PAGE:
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This paper describes variations on more traditional ways of using dextran labeling to track macropinocytosis, based on live imaging of cells bathed continuously in fluorescent dextran(s) and visualizing the uptake on the black background of unlabeled cells. The optimized protocol provides the means to distinguish between different intracellular vesicles and allows a spatial-temporal tracking of multiple macropinocytotic and endocytic cargos and proteins. The method of immersing cells in a dextran medium to monitor the dynamic process of fluid-phase uptake was first demonstrated in Dictyostelium23. Examples of other previous studies have also viewed cells in relief to view uptake15,16. The protocol described in this paper provides a more comprehensive treatment and analysis of this approach that will now facilitate future studies in a wide variety of cell and tissue settings. This approach is also amenable to organoids bathed in dextran and to in vivo settings where dextran is usually perfused or injected into tissues, embryos, and whole organisms where it cannot easily be washed out.
The uptake of small and large dextrans, separately or together, can provide a powerful setting for quantification and for comparing macropinocytosis with other endocytic pathways. In dual labeled samples, populations of endosomes can be segregated in red and green channels or merged for quantification. Quantification can be achieved using Fiji and an image-based script19 that measures fluorescent dextran uptake (or uptake of other fluorescent markers) on a per-cell basis (described in the protocol above) for analysis of individual cells and large numbers of cells in whole populations. This method can gather distinct, relative measurements for dextrans of different colors and sizes within dual-labeled cells, as depicted in Figure 2, to record the different volumes and behaviors of uptake through macropinocytic and endocytic pathways. Quantification of fluorescence intensities is facilitated by having macropinosomes and endosomes sharply delineated against the high contrast black cell backgrounds.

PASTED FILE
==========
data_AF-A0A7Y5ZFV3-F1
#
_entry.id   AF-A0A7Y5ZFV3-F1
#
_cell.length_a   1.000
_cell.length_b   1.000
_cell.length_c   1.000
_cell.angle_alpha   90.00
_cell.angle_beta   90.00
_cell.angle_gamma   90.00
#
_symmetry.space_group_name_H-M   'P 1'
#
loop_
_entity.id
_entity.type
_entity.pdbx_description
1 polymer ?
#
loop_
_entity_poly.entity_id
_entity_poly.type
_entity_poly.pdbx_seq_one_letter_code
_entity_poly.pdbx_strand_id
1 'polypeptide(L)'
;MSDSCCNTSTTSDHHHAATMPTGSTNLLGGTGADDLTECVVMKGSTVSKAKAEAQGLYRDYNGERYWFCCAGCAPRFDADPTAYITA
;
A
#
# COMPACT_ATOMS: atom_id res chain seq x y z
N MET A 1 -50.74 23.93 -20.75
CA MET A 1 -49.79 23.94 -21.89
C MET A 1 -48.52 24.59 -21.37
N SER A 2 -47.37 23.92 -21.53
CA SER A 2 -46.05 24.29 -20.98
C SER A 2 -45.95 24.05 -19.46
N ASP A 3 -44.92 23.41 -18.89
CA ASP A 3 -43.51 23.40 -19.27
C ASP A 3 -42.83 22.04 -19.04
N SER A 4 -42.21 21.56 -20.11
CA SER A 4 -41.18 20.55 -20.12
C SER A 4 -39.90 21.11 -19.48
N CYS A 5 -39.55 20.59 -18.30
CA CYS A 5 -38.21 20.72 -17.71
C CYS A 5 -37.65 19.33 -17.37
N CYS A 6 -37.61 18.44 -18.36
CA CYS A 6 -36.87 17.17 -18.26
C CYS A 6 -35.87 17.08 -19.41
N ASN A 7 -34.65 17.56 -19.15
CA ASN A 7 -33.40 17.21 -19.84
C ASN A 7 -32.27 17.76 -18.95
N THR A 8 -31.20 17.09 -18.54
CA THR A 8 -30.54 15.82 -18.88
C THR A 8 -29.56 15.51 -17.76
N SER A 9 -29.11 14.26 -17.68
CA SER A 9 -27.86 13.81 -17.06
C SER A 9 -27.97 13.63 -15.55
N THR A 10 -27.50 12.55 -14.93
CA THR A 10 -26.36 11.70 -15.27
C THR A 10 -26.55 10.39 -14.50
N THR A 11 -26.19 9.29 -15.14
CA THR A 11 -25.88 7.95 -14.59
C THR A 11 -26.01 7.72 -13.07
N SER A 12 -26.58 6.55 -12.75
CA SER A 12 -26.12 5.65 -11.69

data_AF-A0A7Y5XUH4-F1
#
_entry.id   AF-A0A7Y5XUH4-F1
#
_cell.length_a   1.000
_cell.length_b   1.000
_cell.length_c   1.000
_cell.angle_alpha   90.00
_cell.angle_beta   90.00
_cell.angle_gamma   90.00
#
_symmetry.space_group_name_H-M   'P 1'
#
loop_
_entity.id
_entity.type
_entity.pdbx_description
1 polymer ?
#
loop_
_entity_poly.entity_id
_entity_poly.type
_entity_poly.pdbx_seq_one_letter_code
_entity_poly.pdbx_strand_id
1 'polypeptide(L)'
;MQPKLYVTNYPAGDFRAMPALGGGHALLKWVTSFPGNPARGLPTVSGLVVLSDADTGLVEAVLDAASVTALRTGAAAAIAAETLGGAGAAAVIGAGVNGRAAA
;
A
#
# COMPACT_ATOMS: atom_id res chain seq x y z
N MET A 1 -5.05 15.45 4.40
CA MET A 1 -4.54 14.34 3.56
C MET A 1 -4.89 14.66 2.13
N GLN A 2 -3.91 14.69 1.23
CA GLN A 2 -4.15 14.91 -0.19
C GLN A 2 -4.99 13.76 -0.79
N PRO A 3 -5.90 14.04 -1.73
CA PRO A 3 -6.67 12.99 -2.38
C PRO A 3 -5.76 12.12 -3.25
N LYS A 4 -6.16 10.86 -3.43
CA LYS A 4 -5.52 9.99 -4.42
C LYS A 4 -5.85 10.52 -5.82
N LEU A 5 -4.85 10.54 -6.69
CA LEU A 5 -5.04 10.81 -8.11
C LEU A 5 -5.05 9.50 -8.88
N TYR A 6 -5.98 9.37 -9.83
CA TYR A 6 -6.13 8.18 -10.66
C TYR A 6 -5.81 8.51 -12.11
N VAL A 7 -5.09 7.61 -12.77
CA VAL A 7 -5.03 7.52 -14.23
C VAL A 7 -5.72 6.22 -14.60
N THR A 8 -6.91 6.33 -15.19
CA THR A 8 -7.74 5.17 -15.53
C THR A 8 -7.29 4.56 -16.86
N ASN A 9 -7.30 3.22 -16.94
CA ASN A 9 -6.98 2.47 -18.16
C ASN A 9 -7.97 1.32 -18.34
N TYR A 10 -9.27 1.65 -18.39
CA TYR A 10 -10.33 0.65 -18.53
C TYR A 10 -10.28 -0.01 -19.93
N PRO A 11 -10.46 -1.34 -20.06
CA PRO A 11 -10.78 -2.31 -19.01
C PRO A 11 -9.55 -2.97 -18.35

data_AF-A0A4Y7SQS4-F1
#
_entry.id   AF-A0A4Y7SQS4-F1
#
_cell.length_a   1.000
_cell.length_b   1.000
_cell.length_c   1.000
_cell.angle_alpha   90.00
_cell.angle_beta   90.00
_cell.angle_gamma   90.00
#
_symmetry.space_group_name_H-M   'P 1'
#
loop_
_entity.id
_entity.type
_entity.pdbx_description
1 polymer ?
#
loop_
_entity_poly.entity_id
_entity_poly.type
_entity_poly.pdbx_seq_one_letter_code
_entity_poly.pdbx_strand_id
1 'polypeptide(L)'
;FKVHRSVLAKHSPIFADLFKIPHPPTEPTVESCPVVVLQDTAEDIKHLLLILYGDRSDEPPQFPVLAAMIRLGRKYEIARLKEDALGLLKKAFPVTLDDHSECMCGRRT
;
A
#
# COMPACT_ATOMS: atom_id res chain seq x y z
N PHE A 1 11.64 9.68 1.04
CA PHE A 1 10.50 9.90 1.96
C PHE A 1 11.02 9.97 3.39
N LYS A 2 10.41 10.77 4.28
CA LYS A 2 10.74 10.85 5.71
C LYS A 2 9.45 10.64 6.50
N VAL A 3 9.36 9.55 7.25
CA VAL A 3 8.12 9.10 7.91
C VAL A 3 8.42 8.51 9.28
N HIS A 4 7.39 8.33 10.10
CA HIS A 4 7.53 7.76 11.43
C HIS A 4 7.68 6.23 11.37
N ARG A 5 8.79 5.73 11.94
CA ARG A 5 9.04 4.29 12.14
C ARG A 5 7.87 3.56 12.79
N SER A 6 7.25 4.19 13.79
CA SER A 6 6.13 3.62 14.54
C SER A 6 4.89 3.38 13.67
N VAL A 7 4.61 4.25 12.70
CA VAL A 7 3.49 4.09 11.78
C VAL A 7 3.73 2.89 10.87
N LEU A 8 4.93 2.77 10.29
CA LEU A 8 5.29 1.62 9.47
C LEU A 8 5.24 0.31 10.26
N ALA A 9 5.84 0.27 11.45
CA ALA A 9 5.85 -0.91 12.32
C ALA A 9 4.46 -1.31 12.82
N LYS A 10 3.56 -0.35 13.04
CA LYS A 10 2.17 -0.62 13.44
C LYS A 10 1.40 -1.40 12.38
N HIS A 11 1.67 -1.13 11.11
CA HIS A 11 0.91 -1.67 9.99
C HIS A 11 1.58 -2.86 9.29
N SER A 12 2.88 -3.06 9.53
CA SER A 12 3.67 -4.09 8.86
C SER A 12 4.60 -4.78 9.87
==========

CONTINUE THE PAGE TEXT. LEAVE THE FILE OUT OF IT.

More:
Fluorescent dextrans can also be combined with a myriad of other labeled cargo or membrane proteins or lipids to obtain contextual information for macropinocytosis. By demonstrating examples of fluorescent lipid probes, we show how different stages of macropinocytosis can be defined. Furthermore, it is also possible to combine multiple lipid probes as well as dextran to track the dynamic transitions of phosphoinositides throughout macropinocytosis24. The roles of successive phospholipids in the process of macropinocytosis and for receptor signaling and sorting within macropinosomes have been well documented and can also be manipulated with lipid kinase and phosphatase inhibitors 9,25,26. Another important approach is to compare the uptake of fluid-phase dextran with labeled membrane proteins, either to compare the probes within macropinosomes or to contrast different pathways, as shown in Figure 4. Transferrin and dextran can be readily and simultaneously applied to cells to compare internalization in different pathways. Labeled, membrane-associated Rab GTPases can be expressed in cells and used to label different stages of macropinocytosis, including Rab8a, Rab13 and Rab519,24,27,28, while Rab7 and Lamp1 are useful for tracking macropinosome maturation through to fusion with late endo/lysosomes29,30.
The ability to convert dextrans and other fluorescent markers for labeling at an ultrastructural level is now becoming more common due to the refinement of CLEM techniques, including the availability of gridded coverslips for positioning and identifying cells. Large fluorescent dextran-filled macropinosomes are ideal for CLEM31, and cells can be fixed for EM processing at any time after pulse-labeling with dextran or after live imaging of cells bathed in dextran. Correlative techniques combining fluorescence and scanning EM are also available and are particularly powerful for viewing cell surface ruffles32. Viewing the cell ultrastructure allows further characterization of endosomes through their morphological features and events such as homo-or heterotypical fusion, although membrane tubulation is normally disrupted by fixation.